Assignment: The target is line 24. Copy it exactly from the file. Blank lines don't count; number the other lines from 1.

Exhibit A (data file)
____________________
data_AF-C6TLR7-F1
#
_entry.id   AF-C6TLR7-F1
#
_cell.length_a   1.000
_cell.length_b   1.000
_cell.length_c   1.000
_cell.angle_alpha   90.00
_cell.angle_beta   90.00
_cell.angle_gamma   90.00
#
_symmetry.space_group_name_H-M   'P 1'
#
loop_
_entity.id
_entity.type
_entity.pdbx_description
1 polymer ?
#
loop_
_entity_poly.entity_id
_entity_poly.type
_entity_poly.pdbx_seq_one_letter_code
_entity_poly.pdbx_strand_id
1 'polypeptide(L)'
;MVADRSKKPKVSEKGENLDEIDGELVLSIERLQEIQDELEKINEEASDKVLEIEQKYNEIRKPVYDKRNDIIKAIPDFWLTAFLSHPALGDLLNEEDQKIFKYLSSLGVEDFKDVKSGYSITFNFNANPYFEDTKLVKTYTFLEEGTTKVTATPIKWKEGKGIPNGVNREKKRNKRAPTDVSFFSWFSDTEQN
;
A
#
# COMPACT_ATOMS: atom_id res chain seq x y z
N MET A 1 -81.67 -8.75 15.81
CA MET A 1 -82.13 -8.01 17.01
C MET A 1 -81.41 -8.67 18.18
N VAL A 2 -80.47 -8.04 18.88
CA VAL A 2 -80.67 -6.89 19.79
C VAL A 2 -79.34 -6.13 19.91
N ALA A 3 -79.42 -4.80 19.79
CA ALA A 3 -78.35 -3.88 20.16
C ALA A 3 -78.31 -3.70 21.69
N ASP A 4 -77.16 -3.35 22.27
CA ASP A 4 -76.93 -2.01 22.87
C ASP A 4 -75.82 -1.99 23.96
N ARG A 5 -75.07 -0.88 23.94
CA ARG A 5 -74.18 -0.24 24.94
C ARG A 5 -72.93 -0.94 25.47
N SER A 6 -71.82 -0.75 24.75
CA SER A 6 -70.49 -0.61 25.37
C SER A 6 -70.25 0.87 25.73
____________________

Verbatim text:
_entity_poly.pdbx_strand_id